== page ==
President and COO of Sherwin-williams Co (30-Year Financial, Insider Trades) David B Sewell (insider trades) sold 4,709 shares of SHW on 07/24/2019 at an average price of $493.52 a share. Continue reading...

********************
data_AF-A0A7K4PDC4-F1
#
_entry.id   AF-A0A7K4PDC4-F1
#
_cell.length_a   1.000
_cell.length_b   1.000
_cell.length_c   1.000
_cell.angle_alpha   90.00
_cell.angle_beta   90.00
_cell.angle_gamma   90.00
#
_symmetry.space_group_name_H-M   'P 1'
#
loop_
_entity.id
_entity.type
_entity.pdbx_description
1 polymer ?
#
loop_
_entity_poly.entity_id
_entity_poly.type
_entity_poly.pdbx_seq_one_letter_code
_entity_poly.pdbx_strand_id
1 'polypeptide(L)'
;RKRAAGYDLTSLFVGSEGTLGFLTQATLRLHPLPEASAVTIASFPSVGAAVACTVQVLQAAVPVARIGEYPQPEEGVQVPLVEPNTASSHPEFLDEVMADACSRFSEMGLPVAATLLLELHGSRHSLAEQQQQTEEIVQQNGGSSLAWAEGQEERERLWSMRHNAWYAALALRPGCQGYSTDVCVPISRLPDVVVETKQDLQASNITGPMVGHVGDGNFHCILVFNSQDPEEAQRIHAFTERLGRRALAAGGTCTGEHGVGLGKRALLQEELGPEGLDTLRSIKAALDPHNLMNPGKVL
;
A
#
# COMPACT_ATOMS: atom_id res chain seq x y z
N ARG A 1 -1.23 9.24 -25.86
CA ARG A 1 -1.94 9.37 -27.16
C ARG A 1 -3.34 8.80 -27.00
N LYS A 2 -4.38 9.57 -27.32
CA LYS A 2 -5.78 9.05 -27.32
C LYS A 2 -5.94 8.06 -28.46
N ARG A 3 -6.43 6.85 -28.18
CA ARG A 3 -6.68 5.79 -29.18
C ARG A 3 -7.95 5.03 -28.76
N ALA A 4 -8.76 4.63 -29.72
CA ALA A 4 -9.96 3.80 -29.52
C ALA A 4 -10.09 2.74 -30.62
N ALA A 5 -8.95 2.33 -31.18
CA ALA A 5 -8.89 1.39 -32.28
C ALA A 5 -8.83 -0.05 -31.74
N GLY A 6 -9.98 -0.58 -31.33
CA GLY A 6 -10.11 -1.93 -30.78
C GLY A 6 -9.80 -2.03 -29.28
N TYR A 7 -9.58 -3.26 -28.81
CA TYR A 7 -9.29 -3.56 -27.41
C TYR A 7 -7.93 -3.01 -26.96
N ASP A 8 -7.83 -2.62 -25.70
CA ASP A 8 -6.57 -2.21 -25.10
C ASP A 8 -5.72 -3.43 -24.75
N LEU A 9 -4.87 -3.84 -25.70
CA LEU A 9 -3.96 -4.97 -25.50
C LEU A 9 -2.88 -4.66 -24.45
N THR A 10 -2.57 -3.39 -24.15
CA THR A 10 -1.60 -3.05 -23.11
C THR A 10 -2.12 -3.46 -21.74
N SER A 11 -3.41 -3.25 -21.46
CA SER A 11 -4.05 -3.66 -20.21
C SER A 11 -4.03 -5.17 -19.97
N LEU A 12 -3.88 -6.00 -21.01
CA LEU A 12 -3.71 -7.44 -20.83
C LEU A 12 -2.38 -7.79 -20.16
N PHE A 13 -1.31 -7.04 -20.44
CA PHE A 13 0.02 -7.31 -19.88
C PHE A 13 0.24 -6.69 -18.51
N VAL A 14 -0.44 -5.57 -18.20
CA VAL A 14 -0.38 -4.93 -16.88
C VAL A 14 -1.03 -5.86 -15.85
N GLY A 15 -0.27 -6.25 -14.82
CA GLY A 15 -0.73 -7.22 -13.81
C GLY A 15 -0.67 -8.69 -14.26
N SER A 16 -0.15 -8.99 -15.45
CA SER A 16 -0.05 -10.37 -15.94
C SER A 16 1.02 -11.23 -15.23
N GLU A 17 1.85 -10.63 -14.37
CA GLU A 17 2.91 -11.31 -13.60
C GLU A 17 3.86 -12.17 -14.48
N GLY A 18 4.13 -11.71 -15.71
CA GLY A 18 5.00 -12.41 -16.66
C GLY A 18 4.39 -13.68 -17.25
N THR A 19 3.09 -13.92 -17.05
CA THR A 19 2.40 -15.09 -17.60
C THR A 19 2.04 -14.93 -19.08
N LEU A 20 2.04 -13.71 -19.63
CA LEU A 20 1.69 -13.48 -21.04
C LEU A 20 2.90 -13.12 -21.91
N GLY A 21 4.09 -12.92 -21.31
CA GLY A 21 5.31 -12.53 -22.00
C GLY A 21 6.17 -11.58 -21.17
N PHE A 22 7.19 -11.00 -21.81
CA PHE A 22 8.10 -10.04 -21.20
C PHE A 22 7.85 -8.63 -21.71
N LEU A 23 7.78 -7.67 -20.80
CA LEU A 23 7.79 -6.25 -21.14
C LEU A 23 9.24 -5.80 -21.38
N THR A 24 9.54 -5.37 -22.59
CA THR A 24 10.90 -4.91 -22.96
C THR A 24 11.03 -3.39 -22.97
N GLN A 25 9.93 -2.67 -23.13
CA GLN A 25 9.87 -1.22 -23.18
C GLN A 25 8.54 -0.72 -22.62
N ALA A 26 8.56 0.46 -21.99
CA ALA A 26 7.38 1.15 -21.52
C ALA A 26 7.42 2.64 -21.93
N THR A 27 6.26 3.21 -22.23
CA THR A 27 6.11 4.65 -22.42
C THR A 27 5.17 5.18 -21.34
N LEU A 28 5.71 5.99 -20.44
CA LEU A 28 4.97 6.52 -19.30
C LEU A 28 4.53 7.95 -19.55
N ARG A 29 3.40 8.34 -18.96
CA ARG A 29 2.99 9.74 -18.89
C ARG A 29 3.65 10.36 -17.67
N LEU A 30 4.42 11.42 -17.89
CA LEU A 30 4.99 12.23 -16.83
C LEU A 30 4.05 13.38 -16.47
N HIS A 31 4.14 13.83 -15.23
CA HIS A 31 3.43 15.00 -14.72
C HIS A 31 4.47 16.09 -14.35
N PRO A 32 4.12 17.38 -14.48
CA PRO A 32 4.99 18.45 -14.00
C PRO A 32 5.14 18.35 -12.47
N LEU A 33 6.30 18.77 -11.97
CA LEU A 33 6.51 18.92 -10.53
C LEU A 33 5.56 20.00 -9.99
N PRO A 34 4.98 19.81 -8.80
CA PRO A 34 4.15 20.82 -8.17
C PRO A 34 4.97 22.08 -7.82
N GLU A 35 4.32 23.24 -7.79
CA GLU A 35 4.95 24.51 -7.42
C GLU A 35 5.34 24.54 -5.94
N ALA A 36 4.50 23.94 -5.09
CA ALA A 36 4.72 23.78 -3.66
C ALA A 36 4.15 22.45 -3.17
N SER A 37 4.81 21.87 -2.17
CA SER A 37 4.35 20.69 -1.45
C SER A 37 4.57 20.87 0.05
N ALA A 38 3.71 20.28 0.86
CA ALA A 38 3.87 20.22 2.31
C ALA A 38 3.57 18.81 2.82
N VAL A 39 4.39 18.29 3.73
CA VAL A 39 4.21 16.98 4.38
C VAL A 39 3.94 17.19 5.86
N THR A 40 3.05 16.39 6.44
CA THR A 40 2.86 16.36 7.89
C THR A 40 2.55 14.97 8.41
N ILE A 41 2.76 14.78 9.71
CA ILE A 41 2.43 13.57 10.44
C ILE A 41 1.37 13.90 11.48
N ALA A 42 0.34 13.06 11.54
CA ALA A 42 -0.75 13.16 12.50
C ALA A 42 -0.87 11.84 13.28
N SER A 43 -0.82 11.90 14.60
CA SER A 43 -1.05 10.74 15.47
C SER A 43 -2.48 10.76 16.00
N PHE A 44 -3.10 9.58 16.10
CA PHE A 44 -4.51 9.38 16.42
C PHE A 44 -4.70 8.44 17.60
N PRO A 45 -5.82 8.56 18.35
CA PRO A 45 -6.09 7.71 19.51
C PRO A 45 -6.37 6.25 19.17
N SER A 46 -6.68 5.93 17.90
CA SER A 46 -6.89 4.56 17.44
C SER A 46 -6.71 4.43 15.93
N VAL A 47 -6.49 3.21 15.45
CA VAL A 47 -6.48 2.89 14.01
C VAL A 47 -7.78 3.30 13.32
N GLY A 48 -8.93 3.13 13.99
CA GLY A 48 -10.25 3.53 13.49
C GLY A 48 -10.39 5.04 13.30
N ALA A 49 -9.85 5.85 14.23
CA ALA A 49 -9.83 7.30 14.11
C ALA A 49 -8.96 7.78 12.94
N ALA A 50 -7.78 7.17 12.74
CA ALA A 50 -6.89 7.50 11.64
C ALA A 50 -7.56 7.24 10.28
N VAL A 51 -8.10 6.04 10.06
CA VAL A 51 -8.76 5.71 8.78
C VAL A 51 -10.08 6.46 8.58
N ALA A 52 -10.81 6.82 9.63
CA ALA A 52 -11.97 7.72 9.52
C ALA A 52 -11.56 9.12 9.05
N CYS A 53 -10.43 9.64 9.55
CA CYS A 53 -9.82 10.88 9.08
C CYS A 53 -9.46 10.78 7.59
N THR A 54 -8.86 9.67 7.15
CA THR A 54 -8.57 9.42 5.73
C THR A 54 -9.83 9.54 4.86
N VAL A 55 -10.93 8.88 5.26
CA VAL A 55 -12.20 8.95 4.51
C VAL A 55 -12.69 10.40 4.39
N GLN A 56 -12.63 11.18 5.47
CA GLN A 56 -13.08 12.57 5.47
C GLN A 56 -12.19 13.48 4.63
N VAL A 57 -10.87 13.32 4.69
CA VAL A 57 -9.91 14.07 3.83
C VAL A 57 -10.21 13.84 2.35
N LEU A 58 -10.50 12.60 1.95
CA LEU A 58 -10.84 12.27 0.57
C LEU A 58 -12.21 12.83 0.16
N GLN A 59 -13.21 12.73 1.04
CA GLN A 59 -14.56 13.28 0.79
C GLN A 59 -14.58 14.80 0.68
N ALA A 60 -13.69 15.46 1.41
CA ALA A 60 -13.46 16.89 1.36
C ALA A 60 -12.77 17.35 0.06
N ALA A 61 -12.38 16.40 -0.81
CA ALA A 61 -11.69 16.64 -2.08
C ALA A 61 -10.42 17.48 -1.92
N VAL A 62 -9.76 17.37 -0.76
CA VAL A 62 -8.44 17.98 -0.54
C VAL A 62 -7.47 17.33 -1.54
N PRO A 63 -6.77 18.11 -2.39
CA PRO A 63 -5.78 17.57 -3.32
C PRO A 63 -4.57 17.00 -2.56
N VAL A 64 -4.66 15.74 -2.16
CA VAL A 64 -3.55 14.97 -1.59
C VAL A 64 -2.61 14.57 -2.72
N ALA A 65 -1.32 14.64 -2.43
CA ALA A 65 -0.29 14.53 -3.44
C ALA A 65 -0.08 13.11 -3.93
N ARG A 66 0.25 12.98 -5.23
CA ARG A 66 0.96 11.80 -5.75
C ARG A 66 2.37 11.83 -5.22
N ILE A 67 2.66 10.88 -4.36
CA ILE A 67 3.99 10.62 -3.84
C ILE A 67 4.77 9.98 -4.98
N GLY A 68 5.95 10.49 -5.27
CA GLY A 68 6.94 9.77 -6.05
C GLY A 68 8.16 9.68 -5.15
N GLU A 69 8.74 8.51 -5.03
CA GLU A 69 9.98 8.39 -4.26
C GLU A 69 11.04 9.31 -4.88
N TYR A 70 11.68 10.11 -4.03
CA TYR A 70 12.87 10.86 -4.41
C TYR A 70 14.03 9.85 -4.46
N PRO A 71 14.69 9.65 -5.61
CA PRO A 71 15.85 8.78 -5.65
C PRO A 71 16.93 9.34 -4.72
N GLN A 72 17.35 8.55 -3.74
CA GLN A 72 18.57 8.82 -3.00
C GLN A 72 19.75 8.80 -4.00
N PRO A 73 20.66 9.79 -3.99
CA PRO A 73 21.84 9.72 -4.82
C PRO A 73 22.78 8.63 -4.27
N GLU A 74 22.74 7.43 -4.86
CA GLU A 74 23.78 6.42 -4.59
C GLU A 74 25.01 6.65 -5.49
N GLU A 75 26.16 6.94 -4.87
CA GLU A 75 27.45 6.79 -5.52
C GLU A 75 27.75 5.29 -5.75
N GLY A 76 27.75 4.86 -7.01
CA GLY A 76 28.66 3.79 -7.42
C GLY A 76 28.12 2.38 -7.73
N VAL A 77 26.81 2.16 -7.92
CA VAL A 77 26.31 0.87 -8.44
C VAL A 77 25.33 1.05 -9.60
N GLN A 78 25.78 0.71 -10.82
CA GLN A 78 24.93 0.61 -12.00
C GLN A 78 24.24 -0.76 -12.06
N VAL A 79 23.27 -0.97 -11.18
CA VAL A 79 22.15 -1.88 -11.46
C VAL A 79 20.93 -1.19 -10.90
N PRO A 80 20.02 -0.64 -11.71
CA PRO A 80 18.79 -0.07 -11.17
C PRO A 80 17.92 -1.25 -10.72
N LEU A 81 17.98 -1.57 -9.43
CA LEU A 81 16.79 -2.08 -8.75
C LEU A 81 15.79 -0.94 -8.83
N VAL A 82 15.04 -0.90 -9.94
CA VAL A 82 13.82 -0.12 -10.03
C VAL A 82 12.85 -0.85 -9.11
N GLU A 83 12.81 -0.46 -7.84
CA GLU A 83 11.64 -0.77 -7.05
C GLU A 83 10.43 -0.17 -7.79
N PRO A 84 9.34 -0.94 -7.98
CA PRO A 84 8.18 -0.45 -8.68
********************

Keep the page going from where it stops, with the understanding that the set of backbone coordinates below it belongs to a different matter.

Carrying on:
The Zacks Analyst Blog Highlights: Texas Instruments, Blackstone, Northrop, Capital One and Sherwin-Williams